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If the area pointed to was moved, a free(ptr) is done.

Can you please explain the above line about realloc()? This line is from a man page for calloc, malloc, realloc and free.

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3 Answers 3

up vote 14 down vote accepted

I think this explains it better:

If sufficient space does not exist to expand the current block in its current location, a new block of the size for size is allocated, and existing data is copied from the old block to the beginning of the new block. The old block is freed, and the function returns a pointer to the new block.

Reference taken from realloc in C

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tnanks for the explanation! –  mawia Apr 28 '09 at 21:01

Let's say you have the following heap layouts. This is a simplified memory allocator where no space is taken up in the heap by control information

Addr       A                   B
     +------------+      +------------+
1000 | your space |      | your space |
     +------------+      +------------+
2000 | free space |      | used space |          
     |            |      +------------+
3000 |            |      | free space |
     |            |      |            |
4000 |            |      |            |
     +------------+      +------------+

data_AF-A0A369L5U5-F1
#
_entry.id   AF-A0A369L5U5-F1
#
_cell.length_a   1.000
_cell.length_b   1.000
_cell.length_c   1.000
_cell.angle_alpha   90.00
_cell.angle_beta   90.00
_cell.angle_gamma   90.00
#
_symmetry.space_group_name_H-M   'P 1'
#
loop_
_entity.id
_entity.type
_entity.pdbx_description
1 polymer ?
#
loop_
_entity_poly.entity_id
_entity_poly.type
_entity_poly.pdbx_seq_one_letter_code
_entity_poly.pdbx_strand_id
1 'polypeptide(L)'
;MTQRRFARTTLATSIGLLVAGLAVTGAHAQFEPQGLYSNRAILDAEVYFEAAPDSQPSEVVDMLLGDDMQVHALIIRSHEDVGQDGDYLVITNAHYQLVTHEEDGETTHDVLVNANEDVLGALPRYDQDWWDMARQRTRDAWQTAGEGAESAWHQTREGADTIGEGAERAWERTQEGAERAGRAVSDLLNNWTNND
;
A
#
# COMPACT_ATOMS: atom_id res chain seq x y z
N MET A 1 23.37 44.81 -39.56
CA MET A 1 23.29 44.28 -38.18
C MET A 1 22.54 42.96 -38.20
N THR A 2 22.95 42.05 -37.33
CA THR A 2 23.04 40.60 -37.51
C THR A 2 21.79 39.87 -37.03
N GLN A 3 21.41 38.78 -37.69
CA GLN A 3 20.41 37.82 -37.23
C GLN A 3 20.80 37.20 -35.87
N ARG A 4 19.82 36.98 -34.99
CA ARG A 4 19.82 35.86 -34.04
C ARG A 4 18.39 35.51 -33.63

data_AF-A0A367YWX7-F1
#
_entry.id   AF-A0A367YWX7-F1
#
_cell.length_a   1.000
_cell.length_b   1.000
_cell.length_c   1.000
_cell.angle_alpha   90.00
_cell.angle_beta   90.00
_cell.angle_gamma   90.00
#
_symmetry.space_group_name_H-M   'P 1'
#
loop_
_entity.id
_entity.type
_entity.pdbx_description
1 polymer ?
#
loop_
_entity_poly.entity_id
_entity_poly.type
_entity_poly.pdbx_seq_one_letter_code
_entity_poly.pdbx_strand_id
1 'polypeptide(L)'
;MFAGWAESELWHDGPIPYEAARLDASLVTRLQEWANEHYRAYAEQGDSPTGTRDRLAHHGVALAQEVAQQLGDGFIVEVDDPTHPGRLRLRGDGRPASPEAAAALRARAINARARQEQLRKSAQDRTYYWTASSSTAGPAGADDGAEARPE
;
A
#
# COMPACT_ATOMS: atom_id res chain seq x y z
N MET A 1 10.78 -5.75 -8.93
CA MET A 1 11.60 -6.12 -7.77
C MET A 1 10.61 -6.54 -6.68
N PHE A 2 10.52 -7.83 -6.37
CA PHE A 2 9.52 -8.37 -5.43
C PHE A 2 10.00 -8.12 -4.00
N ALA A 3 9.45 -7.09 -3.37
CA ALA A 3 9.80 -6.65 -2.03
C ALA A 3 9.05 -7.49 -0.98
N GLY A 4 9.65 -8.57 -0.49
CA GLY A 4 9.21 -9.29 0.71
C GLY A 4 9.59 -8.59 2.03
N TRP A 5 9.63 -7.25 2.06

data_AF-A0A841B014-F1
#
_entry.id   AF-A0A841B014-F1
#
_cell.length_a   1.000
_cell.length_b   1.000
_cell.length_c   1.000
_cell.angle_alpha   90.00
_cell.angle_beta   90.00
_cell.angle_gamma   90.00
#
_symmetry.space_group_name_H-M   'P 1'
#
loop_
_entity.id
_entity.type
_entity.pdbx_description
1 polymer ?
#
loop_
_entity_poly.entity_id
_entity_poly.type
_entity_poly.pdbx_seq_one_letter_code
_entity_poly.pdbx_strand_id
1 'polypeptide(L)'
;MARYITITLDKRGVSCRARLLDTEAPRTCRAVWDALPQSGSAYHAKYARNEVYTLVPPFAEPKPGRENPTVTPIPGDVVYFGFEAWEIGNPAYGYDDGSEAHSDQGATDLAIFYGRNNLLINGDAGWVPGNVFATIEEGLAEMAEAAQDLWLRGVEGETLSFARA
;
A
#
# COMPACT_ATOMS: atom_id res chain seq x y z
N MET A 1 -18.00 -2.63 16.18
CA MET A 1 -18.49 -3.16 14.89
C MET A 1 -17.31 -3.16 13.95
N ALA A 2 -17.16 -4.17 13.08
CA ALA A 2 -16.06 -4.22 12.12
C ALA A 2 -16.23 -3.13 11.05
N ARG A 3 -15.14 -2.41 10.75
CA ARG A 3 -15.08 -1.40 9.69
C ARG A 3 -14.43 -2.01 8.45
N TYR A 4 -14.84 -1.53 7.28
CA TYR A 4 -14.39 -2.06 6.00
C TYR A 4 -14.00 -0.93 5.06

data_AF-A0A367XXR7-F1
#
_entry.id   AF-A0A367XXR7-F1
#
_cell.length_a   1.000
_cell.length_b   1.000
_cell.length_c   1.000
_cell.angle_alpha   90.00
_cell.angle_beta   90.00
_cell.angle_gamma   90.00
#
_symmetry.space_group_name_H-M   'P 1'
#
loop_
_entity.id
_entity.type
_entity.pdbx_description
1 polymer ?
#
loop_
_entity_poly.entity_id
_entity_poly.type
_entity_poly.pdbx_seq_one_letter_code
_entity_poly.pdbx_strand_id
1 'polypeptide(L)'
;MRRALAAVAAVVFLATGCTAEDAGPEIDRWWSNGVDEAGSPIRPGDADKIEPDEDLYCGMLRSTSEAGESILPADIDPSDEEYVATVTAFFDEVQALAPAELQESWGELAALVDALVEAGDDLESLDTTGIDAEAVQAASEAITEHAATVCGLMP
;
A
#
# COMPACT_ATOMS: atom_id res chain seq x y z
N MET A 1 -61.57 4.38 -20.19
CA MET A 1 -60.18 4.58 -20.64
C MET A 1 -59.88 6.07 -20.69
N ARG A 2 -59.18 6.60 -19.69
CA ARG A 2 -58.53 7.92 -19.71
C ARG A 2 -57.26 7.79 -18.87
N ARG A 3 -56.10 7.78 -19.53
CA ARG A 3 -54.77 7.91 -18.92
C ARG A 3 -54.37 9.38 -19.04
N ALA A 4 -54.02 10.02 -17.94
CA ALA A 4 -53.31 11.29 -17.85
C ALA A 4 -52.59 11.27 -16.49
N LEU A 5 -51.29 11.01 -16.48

In both situations, you have 1000 bytes allocated at address 1000. However, in situation B, this is immediately followed by memory allocated for some other purpose.

Let's examine what happens when you want to reallocate your memory to 2000 bytes.

In situation A, this is easy, it just expands your allocation as per the diagram below.

But, in situation B, it's not so easy. The memory immediately following your block is in use so there isn't enough room to just expand your allocation, and you need consecutive memory. Here's the end position for the two situations:

Addr       A                   B
     +------------+      +------------+
1000 | your space |      | free space |
     |            |      +------------+
2000 |            |      | used space |
     +------------+      +------------+
3000 | free space |      | your space |
     |            |      |            |
4000 |            |      |            |
     +------------+      +------------+

For situation B, the allocator finds a block (at 3000) that is big enough for your desired expansion, and copies the contents of your current block (at 1000) to it. Then it gives you the address of this new block and frees the old block since that is no longer required by you. That's what the phrase in your question means.

This action of moving buffers around depends on the memory allocation strategy but, generally, a buffer won't be moved (it's often expensive since it involves a mass memory copy) if either:

  • there is free space after it that, along with the current space, can satisfy the reallocation; or
  • you're reducing the size.
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Do you need to clarify that the "someone else" who has used the extra space is 'another part of your program that allocated space' as opposed to 'another process run by another user'? –  Jonathan Leffler Apr 26 '09 at 13:40
    
thanks for the explanation! –  mawia Apr 28 '09 at 21:02

You can't always just grow the memory area in situ. There may not be room in the heap. So instead of growing it, it will allocate a completely new memory block and free the old memory.

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